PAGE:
Often known as people skills, interpersonal skills are the soft skills you use to interact with others. In the workplace, these skills are essential to being an effective team player and contributing to a positive work environment.
Yet some interpersonal skills are more valuable than others, especially in today’s workplace. This guide will help you understand what interpersonal skills employers are looking for and how to identify your own. We’ll cover:
- What Are Interpersonal Skills?
- What Interpersonal Skills Are Employers Looking for Right Now?
- How to Identify Your Interpersonal Skills
- How to Include Interpersonal Skills in a Job Application
What Are Interpersonal Skills?
Interpersonal skills are the skills you use when connecting with someone else. Anytime you talk with a team member, friend, or family member, you use these skills. They help you better relate to, understand, and collaborate with others. In addition, we use them to develop strong, trusting relationships.
At work, “interpersonal skills are the soft skills key to our employability and ability to thrive on the job,” Trie Angeleva, mindful living and career transformation expert, says. “Also known as emotional intelligence, they include the aspects of a person’s personality and demeanor that make them an asset to others around them.”
Interpersonal skills examples include:
- Active listening
- Conflict resolution
- Creative thinking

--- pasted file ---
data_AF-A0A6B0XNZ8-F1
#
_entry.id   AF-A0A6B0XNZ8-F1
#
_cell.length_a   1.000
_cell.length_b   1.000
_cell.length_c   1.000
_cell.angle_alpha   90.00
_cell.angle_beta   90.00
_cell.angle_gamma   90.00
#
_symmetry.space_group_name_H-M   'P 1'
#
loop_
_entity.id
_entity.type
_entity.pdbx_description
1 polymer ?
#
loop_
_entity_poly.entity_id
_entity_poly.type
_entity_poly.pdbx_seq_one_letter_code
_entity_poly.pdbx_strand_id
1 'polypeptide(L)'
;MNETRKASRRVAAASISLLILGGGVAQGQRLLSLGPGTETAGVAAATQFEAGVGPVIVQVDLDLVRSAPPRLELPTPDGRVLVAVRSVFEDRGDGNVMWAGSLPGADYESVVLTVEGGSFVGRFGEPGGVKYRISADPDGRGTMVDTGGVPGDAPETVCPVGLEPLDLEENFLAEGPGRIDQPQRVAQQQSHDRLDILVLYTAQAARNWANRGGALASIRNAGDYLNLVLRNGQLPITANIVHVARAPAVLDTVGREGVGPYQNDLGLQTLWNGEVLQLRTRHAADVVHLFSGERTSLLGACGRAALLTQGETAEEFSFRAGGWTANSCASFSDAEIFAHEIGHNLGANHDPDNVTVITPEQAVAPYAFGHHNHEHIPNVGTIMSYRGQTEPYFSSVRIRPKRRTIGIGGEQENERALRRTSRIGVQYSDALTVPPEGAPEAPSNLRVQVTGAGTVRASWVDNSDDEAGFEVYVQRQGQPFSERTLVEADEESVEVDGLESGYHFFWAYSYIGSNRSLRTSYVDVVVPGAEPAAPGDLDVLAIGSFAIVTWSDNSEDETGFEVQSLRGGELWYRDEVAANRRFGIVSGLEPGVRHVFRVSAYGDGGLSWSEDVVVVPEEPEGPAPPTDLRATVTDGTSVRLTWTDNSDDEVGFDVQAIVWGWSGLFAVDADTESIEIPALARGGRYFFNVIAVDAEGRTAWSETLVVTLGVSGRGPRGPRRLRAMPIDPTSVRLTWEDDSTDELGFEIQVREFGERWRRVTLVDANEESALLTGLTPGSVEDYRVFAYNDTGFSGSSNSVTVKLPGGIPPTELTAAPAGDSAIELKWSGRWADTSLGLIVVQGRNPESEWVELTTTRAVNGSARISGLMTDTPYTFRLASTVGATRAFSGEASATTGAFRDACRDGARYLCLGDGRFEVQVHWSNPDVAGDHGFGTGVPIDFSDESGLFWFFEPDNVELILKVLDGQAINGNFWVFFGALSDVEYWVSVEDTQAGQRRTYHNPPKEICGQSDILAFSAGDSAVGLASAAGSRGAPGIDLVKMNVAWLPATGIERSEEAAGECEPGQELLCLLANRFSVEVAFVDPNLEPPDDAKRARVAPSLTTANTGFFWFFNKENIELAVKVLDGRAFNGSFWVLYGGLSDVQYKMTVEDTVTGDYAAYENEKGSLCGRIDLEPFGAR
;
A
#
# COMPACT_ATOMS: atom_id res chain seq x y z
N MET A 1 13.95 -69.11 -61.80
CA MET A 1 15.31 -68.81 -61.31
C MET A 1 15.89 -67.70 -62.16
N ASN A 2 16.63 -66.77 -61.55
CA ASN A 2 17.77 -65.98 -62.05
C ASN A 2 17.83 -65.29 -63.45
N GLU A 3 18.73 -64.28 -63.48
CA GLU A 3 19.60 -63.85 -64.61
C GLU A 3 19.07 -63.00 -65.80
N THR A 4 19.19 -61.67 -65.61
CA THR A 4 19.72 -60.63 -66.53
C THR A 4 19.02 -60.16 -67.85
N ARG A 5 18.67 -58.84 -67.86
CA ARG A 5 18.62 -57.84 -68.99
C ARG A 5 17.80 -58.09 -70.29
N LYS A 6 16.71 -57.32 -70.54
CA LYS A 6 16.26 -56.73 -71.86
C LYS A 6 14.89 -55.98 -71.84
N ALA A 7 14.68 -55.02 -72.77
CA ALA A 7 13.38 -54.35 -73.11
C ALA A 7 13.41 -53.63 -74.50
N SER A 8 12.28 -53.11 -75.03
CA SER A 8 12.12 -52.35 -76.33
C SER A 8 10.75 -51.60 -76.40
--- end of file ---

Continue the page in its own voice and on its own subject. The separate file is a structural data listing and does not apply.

- Verbal Communication
What Interpersonal Skills Are Employers Looking for Right Now?
Interpersonal skills are essential at work because you’ll always need to collaborate with others. Yet some of these skills are more valuable than others, primarily because of how the workforce has changed since the COVID-19 pandemic.
“The shifting professional geodynamics COVID created have put a spotlight on communication and empathy as two of the most in-demand interpersonal skills employers are looking for today,” Gretchen Skalka, leadership and career development coach, says. “Going remote, often overnight, forced employees and employers to rethink everything they thought they knew about effective communication. Communication in a post-pandemic world means we need to ask deeper, more purposeful questions of each other. We need to communicate with transparency, empathy, and an open mind. We need to listen more and check in with each other about more than the work.”
Angeleva agrees that employers want better communication — specifically mindful communication that focuses on empathy and respect — in the current work landscape.
“Mindful communication is most valued for two reasons,” Angeleva says. “First, fewer face-to-face meetings and interactions and more Zoom meetings, calls, texts, emails, and remote working can compromise clarity. Second, the huge range of generations in today’s workplace can result in a whole lot of frustration, awkwardness, and misunderstanding if communications aren’t mindful.”
Not only is mindful communication important for getting our work done well, but also for creating a respectful, positive work environment.
“For example, the ways a 60-year-old and a 22-year-old speak — in terms of pace, terminology, pitch, culture references, formality and authority — are dramatically different,” Angeleva says. “Appreciating and respecting these differences and being able to bridge these differing styles with openness, compassion, patience, humor and warmth is going to continue being one of the most sought-after interpersonal skills of 2023 and beyond.”